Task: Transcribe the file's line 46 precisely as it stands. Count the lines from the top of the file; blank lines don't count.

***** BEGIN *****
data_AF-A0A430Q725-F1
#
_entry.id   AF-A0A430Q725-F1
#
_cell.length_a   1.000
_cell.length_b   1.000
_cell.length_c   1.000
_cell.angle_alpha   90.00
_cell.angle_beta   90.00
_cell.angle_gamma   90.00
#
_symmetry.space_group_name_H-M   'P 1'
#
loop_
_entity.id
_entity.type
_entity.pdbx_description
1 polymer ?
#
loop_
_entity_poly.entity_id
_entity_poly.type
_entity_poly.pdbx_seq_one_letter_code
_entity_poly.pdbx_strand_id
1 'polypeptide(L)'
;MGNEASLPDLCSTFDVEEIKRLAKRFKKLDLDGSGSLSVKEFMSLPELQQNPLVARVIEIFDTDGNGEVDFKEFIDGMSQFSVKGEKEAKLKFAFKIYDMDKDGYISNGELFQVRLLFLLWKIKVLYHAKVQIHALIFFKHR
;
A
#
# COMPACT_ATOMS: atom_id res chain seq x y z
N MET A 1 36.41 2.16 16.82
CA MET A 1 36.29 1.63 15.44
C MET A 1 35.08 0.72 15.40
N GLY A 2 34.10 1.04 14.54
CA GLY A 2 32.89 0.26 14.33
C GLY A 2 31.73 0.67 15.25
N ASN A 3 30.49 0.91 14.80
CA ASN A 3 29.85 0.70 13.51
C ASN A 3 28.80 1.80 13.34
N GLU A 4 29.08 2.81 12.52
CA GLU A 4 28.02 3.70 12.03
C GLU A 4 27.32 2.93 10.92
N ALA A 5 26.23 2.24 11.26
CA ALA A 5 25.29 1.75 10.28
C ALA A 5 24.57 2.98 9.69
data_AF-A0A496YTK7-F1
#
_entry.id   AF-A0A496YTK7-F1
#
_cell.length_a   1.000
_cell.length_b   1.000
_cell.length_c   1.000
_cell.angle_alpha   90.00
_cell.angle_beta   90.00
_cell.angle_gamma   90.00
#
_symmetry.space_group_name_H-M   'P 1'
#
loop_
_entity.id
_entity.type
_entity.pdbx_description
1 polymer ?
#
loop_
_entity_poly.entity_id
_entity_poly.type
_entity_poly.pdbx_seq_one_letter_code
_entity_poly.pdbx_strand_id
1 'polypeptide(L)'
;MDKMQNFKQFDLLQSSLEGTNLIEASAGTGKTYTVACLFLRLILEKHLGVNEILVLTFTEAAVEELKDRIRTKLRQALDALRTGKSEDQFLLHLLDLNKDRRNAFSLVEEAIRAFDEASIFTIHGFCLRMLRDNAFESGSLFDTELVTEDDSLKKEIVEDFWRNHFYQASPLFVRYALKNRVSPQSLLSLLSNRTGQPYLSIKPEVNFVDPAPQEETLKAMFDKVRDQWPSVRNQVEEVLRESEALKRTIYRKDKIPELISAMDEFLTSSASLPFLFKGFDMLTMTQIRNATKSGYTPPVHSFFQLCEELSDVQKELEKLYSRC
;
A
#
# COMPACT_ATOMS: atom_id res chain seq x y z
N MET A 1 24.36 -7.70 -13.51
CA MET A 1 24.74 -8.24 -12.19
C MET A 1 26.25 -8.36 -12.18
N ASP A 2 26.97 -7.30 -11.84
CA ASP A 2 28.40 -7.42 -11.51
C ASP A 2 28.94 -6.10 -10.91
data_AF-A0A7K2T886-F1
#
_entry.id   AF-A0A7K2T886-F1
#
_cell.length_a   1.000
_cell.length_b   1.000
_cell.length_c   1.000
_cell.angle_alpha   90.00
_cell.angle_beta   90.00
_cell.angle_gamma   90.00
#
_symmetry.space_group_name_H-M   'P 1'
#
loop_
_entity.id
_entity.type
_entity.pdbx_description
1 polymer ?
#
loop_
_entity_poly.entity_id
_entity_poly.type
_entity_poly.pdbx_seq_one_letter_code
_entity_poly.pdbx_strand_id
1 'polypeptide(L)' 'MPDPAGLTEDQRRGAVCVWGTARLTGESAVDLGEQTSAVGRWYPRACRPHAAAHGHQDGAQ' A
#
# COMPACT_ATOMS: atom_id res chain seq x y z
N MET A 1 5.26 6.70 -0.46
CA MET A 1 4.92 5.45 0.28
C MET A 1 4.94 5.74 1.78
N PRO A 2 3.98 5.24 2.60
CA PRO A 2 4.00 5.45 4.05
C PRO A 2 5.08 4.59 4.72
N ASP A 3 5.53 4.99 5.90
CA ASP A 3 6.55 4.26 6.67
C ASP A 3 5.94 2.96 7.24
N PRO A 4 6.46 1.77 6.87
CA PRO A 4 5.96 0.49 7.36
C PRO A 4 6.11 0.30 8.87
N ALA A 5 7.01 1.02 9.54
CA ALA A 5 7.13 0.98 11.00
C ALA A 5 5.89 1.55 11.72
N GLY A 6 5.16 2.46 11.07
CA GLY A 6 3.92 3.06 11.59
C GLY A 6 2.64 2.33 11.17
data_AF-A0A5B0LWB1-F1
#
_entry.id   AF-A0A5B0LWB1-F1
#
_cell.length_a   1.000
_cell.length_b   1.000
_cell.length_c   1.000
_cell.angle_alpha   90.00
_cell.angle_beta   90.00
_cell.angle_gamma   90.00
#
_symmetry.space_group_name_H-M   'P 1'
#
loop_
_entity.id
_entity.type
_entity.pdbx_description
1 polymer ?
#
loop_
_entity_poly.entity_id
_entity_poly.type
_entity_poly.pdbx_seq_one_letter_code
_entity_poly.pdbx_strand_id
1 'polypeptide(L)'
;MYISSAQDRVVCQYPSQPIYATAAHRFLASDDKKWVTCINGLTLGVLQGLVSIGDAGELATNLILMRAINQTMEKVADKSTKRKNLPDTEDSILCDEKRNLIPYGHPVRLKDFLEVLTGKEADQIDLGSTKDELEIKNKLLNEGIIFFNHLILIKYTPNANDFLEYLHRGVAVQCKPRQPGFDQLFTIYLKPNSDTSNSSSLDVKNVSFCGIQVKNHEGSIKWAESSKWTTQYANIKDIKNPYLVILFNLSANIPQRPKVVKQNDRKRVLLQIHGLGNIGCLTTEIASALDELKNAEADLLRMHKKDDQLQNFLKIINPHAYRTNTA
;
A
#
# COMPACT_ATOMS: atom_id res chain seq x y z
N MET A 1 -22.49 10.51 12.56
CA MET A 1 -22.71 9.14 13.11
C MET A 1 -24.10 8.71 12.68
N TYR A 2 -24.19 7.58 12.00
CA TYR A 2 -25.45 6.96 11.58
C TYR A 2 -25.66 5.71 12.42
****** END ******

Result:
data_AF-A0A496YTK7-F1